As throngs of students pushed past on their way to class, sociology sophomore Phillip Johns donned a blindfold and reached out for the pieces of a Mr. Potato Head toy. As the timer started, Johns frantically set to work, trying to break the world record for fastest assembly of the toy.
Johns, along with 60 other students, participated in the first ever “Horns Up Records Down” on Wednesday, a fundraising event organized by the Chi Kappa Phi Service Society. Volunteers from CKP set up 12 stations on Gregory Plaza, each dedicated to an obscure world record ranging from most ping pong balls caught with chopsticks in 30 seconds to most names given to a rubber duck. Anyone who broke a world record or did the best without breaking the world record received a prize from a host of sponsors.
“It’s sort of been my wheelhouse of what I enjoy doing,” Johns said. “I love games and arcades, and I’ve been competing with my roommate all day.”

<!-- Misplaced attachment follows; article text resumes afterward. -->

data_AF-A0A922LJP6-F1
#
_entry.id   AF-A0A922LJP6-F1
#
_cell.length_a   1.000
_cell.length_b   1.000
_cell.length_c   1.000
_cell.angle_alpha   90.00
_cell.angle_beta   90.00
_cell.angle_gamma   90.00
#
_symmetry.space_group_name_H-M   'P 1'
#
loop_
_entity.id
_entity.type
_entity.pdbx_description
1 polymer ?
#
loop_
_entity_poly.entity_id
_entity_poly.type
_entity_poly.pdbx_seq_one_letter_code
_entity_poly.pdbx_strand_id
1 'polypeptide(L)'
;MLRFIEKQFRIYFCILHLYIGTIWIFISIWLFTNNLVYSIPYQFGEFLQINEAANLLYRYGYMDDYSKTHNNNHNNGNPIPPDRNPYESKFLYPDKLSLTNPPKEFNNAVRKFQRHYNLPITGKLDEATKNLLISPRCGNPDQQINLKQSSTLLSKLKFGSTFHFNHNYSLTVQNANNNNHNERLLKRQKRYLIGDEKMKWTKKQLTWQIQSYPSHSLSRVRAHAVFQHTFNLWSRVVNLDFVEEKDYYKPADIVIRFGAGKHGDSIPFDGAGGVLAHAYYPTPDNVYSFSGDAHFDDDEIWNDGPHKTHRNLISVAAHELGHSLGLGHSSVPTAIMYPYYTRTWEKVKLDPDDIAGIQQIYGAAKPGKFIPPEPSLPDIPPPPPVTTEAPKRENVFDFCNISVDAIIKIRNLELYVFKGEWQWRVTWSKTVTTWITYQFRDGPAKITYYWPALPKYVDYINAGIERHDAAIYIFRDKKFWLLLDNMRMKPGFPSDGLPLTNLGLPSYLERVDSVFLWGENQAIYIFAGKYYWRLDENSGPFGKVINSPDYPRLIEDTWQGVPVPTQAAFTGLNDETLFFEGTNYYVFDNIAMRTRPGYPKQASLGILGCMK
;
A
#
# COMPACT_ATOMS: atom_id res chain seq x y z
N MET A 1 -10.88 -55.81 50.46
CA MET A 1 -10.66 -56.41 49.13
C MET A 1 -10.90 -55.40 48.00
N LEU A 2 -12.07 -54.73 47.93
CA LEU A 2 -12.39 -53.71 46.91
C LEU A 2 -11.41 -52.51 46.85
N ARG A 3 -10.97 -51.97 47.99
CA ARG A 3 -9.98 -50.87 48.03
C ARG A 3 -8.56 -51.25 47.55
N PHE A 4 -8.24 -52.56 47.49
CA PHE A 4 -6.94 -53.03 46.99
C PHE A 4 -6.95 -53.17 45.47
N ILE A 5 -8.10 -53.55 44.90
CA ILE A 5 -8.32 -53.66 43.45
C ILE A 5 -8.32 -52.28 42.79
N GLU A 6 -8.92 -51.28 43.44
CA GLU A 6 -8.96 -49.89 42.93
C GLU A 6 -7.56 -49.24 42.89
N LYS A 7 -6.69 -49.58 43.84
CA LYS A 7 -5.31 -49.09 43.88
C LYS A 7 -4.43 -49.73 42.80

Proceeds from the event, generated by the $5 entrance fee and other donations made at the event, will benefit CKP’s main philanthropy, Oak Springs Elementary, a low-income school in East Austin. Volunteers from CKP visit the school weekly to assist with after school programs and school lunches.
Mathematics junior Delayna Bradshaw, CKP fundraising chair, said the idea came from a desire to create something unique and memorable for the campus.
“I loved the idea of breaking records,” Bradshaw said. “But this is Austin, so it has to be taken one step further. We need to have really weird and obscure world records for people to break.”
Bradshaw said she hopes to grow the event into an annual tradition and make the record breaking official.
“I hope in the future, we could have Guinness come,” Bradshaw said.
This year’s records will be uploaded to RecordSetter.com, but will not be admissible into the Guinness Book without an official representative from Guinness present.
Wednesday’s event raised over $823 dollars, and donations were matched by an outside donor for a total of $1,646.
Mari Spurgers, a Japanese and biochemistry junior, who has volunteered with CKP for over two years, said this was the most successful fundraiser she has seen from the organization.
“It’s a lot bigger than what we’ve usually done,” Spurgers said. “Our fundraising chair definitely did step it up a bit more this time around.”